The PCF Swift Boats were 50-foot (15 m) long shallow-draft vessels, constructed completely from aluminium. Armed with twin .50 caliber machine guns and a 81mm gun, it was initially build to patrol coastal areas. It assembled its fame serving during the Vietnam war, interdicting enemy movements, transporting allied Vietnamese forces and inserting SEAL teams for counterinsurgency purposes. Three variants were build, the Mk I (as depicted in this kit) which is distinguishable due to the sliding windows in the aft of the superstructure, the Mk II which is recognisable by the round windows in the aft superstructure and the Mk III which was a bigger version of the Mk II. In total 104 mark I boats were build. The boat also saw usage with the navies of the Philippines (and its Coast Guard), Panama, Malta, Thailand, Vietnam and the Khmer republic. Some boats also found their way in civilian usage, like the R/V Matthew F. Maury operated by Tidewater Community College in Virginia Beach, which is used as a oceanographic research and education vessel, and is the only operational Swift boat remaining in the United States.
This article is partially based on information found at wikipedia, 3rd july 2015.
- Subject: US NAVY Swift Boat (PCF)
- Manufacturer: Revell
- Scale: 1/48
- Contents: 45 styrene parts, 17 clear parts
- Serial: 05122
- Price: 20EUR – 25USD
- Personal rating: ✭✭✭✭✭ ✭✭✭✭✭
As mentioned before, the kit provides parts for the Mk I of the PCF. As with many older Monogram kits, the parts are put around the frame, instead of a frame surrounding them. Detail wise, the parts are okay, although some choices are quite questionable, like the placement of half a life buoy on both sides of the superstructure, or the anchor and rope which are molded onto the deck itself. Although most parts are quite basic looking, they should be very easy to work with. The fit of the parts also seem to be quite good despite the age of the kit.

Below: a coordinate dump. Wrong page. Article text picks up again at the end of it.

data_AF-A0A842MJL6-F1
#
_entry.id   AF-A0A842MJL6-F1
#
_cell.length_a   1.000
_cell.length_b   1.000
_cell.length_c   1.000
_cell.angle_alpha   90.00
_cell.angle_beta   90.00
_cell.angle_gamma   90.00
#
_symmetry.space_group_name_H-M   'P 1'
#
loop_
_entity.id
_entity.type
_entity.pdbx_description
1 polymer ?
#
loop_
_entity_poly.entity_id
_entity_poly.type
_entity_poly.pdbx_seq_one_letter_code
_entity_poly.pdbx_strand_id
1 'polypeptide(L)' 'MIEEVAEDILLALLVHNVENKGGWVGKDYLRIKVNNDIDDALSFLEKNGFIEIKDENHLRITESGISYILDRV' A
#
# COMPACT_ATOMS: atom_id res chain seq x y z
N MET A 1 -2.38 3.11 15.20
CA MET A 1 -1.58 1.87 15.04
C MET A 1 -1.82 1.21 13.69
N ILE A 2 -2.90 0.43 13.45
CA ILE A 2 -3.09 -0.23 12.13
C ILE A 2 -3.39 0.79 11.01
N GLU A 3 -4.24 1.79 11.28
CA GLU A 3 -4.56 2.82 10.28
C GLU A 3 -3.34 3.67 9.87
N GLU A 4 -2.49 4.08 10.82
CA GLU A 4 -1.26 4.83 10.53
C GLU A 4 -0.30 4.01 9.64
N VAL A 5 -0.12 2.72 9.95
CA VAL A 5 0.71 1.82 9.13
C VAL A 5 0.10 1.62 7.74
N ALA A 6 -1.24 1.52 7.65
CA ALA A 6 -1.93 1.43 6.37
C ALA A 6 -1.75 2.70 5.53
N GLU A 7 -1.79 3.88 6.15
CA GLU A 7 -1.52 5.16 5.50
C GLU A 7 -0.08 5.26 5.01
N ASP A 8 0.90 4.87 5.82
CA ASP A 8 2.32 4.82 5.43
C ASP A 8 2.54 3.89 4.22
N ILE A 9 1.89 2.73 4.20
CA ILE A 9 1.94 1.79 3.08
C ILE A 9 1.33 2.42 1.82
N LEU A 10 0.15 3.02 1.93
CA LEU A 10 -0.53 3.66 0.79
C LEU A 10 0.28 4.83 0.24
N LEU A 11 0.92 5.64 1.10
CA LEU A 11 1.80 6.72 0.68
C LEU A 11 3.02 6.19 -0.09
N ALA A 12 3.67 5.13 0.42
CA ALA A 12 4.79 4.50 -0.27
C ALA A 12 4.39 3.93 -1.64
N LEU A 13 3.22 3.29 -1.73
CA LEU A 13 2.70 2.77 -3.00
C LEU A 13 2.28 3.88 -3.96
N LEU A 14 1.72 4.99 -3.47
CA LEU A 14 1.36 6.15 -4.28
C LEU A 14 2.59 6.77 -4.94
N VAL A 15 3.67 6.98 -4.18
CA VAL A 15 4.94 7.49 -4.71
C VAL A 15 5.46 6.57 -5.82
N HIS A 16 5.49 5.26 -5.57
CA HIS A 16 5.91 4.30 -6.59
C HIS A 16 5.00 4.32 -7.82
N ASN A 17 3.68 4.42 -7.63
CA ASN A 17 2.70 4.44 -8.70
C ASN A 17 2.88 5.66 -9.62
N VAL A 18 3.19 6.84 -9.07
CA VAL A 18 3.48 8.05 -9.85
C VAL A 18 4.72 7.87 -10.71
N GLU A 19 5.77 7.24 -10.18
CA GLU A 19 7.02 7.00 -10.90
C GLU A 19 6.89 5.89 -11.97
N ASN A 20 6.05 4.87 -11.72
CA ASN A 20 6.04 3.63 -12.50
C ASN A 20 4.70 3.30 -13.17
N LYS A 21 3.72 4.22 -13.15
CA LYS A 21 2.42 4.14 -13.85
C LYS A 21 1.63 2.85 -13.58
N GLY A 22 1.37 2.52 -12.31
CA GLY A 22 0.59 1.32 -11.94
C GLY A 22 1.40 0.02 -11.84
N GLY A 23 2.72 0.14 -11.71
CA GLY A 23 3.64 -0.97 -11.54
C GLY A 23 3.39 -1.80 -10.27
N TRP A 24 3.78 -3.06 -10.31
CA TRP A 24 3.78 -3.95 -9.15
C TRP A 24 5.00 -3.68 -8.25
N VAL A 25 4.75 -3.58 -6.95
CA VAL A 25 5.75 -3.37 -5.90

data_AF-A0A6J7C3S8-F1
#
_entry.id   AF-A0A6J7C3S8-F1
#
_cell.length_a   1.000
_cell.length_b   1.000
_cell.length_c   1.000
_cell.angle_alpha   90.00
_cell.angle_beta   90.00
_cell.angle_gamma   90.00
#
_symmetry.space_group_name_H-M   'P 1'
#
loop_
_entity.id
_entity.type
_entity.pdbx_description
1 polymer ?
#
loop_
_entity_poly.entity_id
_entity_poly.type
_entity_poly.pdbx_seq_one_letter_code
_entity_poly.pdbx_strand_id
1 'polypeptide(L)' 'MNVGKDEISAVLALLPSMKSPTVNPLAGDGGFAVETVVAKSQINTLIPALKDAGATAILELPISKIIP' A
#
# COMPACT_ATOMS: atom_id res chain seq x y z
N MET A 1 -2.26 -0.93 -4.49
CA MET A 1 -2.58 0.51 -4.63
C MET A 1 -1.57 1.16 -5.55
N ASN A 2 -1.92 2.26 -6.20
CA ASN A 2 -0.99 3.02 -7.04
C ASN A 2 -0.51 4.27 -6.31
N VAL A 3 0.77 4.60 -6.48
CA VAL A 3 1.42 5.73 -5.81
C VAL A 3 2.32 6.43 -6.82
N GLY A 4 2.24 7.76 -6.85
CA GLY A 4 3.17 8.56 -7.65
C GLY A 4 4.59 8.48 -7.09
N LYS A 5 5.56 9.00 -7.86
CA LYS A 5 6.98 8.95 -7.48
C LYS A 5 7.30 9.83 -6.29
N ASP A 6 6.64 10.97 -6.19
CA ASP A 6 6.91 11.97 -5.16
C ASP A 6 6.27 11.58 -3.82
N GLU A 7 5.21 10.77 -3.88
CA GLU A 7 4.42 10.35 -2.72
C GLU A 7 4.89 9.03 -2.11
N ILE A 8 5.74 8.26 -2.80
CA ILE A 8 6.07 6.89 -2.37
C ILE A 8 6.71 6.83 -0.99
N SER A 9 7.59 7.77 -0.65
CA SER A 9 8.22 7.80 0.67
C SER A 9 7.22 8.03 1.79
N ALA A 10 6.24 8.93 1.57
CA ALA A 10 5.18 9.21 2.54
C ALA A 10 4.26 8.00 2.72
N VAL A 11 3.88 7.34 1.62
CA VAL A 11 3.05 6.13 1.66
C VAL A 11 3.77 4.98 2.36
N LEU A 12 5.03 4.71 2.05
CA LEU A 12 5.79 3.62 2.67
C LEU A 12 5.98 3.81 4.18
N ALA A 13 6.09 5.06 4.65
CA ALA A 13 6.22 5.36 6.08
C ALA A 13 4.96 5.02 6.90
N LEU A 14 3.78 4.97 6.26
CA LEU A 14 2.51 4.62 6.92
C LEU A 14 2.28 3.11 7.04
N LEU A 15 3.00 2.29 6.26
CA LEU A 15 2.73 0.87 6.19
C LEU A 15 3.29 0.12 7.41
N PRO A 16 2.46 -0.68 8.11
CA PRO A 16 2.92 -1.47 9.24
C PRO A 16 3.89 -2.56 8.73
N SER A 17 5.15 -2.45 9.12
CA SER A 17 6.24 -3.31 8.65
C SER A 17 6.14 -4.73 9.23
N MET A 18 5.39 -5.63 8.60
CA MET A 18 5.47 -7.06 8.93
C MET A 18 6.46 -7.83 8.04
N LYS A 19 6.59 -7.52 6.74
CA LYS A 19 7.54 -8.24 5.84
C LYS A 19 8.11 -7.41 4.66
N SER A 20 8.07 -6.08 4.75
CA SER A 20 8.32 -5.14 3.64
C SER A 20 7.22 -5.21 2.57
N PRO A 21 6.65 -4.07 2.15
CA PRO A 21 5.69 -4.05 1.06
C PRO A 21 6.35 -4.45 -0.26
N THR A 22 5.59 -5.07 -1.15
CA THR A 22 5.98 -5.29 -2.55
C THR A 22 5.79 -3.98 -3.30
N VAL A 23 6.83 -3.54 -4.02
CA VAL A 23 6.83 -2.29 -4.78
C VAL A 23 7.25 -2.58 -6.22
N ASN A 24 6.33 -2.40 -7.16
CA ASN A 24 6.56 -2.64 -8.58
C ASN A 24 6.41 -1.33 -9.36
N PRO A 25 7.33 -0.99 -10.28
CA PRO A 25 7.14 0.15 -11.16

The hull and deck
The hull and deck of the kit are folded separately and do not have any sprue holding them. Unlike the other frames they do not have any traces of flash. On the deck we find some parts that are molded directly on it, like a rope and anchor on both the front and end of the ship. On the aft deck we also find a container, which is molded shut.
The superstructure of the swift boat is divided into four parts. You have left the right and left side, but also the front and back of the superstructure which you can find on the next sprue. The left side of the superstructure differs from the right side, as it features the antennas, navigation and search lights and the flag pole. The age of the kit already shows on these parts, as the life bow… and the door is folded onto the part itself, and gives you no possibility to display the front cabin of the boat if you would wish to do so.
The first sprue
The first sprue is features most of the large parts in the kit, as the front and back side of the superstructure. Here again we find the doors and hatches molded shut, and takes away the possibility to display these parts open if the builder so desires. We also have the two propellors, two .50 call machine guns, a railing and a soldier holding a rifle, which is quite detailed given the age of the kit. The parts have some traces of flash, but most of it is not as bad as on the frame itself. The last part on the frame is a display stand on which the model can be placed once finished.